Mr. Feisal Ali (email@example.com) contributed photograhs (sic) – Khwaja Mohammed Azam, a member of the Indian National Congress based in Ludhiana; friend of Jawaharlal Nehru; picture taken in 1947 when Nehru visited Ludhiana and stayed at Khwaja Mohammed Azam’s residence. (Pic courtesy – oldindianphotos.blogspot.com.). Click for larger picture.
n 15th August 1947, when Nehru made his ‘Tryst with destiny’ speech, he made a choice for India favoring English.
Status quo is not choice
At that time, an Indian economy in tatters and technologically stagnant, it was necessary choice.
To stay with the choice, 70 years later, is an expensive choice based on legacy and ease.
For instance, India’s recent success with the software industry, has been hobbled due to over-reliance on English language.
In the last 60 years, the issue of English language has acquired a tone of chauvinism, a smell of regionalism and parochialism. Over the last 24 months, 2ndlook has been making out a case against English language. Not on chauvinistic appeal but rooted in economic logic, on political advantage, on long-term benefit. To move forward, not on legacy, but by choice.
It was rather good to see this post linked below, which echoed the 2ndlook logic partly. Where this post missed out was how India software success also failed due to English language!
All the same, knowledge of English is probably an over-rated virtue. As the crisis over the Commonwealth Games has demonstrated, it cannot act as a guarantor of execution ability, efficiency or even honesty. Increasingly, it is becoming an alibi for the lack of enablers within the Indian system for talent to rise, irrespective of linguistic provenance and patronage. India makes much of the fact that its English-speaking population base has been turned to profitable use in the vast information technology (IT) and back office industry. In many ways, IT defines the dynamic new India. But surely independent India’s genius must go beyond leveraging a colonial heritage. (via Kanika Datta: The language of progress).
The Elite is using tax-payer money to create passports for their families to ‘escape’ to the English-speaking West. | Jerry Holbert cartoon on Monday, February 9, 2009; image source & courtesy – townhall.com
What is India missing out on …
India’s biggest economic success in the last 20 years has been the maturing of the software industry. That has also been its biggest failure.
Between 70%-80% of Indian software business comes from two countries – USA and UK. English speaking countries – both of them. Total software business to these two countries is about US$35-40 billion – out of total Indian software exports of US$50 billion. UK alone contributes nearly 60% of total EU software business to India.
India is losing business opportunities due to India’s loyalty to The Great British Gift To India – English Language. We can’t do business with the French or Germans, Spanish or the Arabic speaking world. The Chinese and Japanese are out of bounds to us – as are the Swahili and the Bantu.
English – The language of progress? Cartoon published in Times Of India on 14th December 1958 – Fifty years earlier. Cartoon by RK Laxman; republished in 2008.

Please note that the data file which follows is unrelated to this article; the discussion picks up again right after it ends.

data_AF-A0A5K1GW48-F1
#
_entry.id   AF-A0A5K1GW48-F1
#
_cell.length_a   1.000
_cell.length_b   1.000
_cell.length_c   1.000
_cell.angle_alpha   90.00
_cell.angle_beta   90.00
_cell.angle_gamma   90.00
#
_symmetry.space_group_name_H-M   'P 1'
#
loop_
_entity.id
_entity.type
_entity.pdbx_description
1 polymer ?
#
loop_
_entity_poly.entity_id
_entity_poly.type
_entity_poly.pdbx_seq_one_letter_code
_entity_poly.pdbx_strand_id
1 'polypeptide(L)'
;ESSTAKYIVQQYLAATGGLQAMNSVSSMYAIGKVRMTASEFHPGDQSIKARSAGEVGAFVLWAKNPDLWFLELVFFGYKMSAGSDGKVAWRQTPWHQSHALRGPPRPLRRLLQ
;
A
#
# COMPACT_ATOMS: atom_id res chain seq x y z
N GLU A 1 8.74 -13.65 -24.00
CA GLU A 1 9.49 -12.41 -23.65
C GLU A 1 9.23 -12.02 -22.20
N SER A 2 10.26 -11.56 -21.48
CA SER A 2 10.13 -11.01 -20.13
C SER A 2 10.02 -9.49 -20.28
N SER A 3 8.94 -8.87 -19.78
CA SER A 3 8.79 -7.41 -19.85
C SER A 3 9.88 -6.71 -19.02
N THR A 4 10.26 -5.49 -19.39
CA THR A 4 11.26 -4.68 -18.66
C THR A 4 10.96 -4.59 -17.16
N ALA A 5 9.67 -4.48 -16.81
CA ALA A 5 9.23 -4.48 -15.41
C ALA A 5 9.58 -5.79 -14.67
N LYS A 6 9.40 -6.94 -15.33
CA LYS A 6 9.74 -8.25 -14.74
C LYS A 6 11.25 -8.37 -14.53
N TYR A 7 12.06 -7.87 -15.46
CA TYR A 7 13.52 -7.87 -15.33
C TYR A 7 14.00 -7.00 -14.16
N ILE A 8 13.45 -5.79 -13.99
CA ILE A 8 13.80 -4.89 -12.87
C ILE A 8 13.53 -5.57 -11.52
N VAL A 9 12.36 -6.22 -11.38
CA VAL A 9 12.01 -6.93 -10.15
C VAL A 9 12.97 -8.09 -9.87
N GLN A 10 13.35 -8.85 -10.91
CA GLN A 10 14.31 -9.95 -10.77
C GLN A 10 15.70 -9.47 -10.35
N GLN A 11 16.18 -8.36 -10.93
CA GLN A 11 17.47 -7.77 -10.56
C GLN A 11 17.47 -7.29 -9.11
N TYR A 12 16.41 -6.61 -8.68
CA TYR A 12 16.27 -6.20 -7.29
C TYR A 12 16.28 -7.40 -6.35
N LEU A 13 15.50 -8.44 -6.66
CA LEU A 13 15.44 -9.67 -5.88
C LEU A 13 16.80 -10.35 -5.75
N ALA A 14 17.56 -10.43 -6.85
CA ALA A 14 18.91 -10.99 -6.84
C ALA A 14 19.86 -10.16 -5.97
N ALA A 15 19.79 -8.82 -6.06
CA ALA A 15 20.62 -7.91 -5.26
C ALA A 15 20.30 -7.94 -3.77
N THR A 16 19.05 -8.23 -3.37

In the past few years …
Like an earlier post pointed out, the lack of language skills has stopped Indians from exploiting the Japanese opportunity. This includes the software business. Same story in Europe also – major opportunities overlooked and ignored. RBI in the meanwhile has been complaining how India’s own IT players have been pretty useless in building a software platform for financial inclusion of India’s poor in the formal economic sector.
This is also true of other business opportunities also. Our ‘success’ with English blinds us to the bigger and larger opportunities that stare at us. And the first thing that we need to do is to diversify our language basket. But with our bankruptcy of ideas on restructuring Indian education system or the vested interest banging begging bowls in front of the Indian tax payer!
India missed out on Japanese investments, technology and business – due to a well-cultivated tunnel vision about English language (amongst many other things). Indian loyalty to English language exceeds the loyalty of the British themselves to their language – and we refuse to see how this affects us.
Is it due to the apparent Indian decision to tie its future to the sinking ship of the Anglo Saxon Bloc?
The Indian ‘elephant’ bows to English language, legacy and red-tape. | Cartoon by David Simonds; courtesy – guardian.co.uk, Sunday 25 July 2010 00.06 BST.
What India needs …
India should set up 7 specialized universities. One for Chinese and Japanese studies. Another university needs to focus on Franco-German language skills. A third must devote itself to creating a centre of excellence in Swahili and Bantu. A fourth must address the Spanish and Portuguese language markets. The fifth must address the SE Asian languages of Malaysia, Philippines, Indonesia, Thailand, etc. A sixth university must address the Russian and Slavic languages. Last and definitely, not the least, the seventh university must create a core of qualified and skilled people using Persian and Arabic languages.
This is, of course, apart from Indian language universities.